Have you used storytelling in your repertoire of workplace skills? Storytelling can make a difference. What is in your stories?
Some people quickly scoff at the idea of a story. They consider stories to only be a fairy tale, an extreme embellishment of the facts, or just plain boring.
In some cases, people connect stories with the sales process, and, it might be true.
We’ve all heard the phrase, “Everyone is in sales.”
What is important for your story?
Workplace Culture and Stories
Telling stories in the workplace can have a positive impact on not only performance, but organizational culture as well. People will often connect with stories. They have been hearing them and learning from them starting at a very young age.
Workplace motivation and culture are best connected with a compelling call-to-action. This is often defined as the difference between push and pull. Pull is much more powerful and a good story pulls the listener in.
Stories should draw connection points and can include many characters, including yourself. Always remember though, that for the listener it needs to resonate in a connection.
Storytelling Captures Attention
When you capture the attention of a listener through a story told the impact will make a difference. If the story causes the listener to self-reflect and builds a connection, you likely have experiential learning.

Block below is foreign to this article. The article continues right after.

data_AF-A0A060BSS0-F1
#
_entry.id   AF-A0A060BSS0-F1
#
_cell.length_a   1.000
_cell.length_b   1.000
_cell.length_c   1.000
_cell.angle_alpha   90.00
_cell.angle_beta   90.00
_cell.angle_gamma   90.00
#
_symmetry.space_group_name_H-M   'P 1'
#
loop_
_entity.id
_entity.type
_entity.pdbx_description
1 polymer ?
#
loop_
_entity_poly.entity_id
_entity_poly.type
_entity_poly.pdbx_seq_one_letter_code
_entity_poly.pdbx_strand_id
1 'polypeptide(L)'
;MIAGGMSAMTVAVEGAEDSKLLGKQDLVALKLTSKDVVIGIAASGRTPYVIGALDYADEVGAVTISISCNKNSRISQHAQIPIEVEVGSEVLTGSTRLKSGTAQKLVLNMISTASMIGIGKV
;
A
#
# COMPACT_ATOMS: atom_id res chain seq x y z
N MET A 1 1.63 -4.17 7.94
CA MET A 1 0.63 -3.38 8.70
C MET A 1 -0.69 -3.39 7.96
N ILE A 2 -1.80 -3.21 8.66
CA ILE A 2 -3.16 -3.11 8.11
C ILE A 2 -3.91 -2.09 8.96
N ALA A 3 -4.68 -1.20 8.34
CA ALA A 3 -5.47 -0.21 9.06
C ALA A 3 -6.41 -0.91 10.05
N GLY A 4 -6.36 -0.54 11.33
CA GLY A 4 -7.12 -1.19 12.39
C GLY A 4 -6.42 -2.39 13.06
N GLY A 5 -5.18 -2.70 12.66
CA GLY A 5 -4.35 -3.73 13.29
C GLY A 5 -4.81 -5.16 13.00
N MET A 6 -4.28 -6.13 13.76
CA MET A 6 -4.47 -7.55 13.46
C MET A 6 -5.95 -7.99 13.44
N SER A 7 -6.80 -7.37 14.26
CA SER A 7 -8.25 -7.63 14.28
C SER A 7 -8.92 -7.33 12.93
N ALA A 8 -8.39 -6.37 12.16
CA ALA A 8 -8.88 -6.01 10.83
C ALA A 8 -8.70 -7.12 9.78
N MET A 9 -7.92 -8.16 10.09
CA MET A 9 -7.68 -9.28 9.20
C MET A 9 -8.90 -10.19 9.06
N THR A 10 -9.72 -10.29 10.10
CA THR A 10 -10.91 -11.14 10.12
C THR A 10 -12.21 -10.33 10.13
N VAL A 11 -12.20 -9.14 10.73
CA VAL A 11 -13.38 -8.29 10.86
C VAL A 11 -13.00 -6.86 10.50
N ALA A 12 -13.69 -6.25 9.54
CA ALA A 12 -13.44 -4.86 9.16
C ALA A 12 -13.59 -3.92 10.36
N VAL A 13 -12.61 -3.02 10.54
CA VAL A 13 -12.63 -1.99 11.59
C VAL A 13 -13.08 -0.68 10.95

Attention is hard to capture in today’s fast-paced World. Pause for a few moments and phone surfing begins. A commercial in the middle of the television show, more surfing. A small group discussion that isn’t resonating and more surfing.
Your story, whatever it is, needs to capture the attention of the listener. Should it be embellished and dramatic? Should it be funny? Could it be sad? The easy answer is, “Maybe.” Know your audience and feel your way through.
Everyone is in sales and some stories are unforgettable.
Tell a good one.
Dennis E. Gilbert is a business consultant, speaker (CSPTM), and culture expert. He is a five-time author and the founder of Appreciative Strategies, LLC. His business focuses on positive human performance improvement solutions through Appreciative Strategies®. Reach him through his website at Dennis-Gilbert.com or by calling +1 646.546.5553.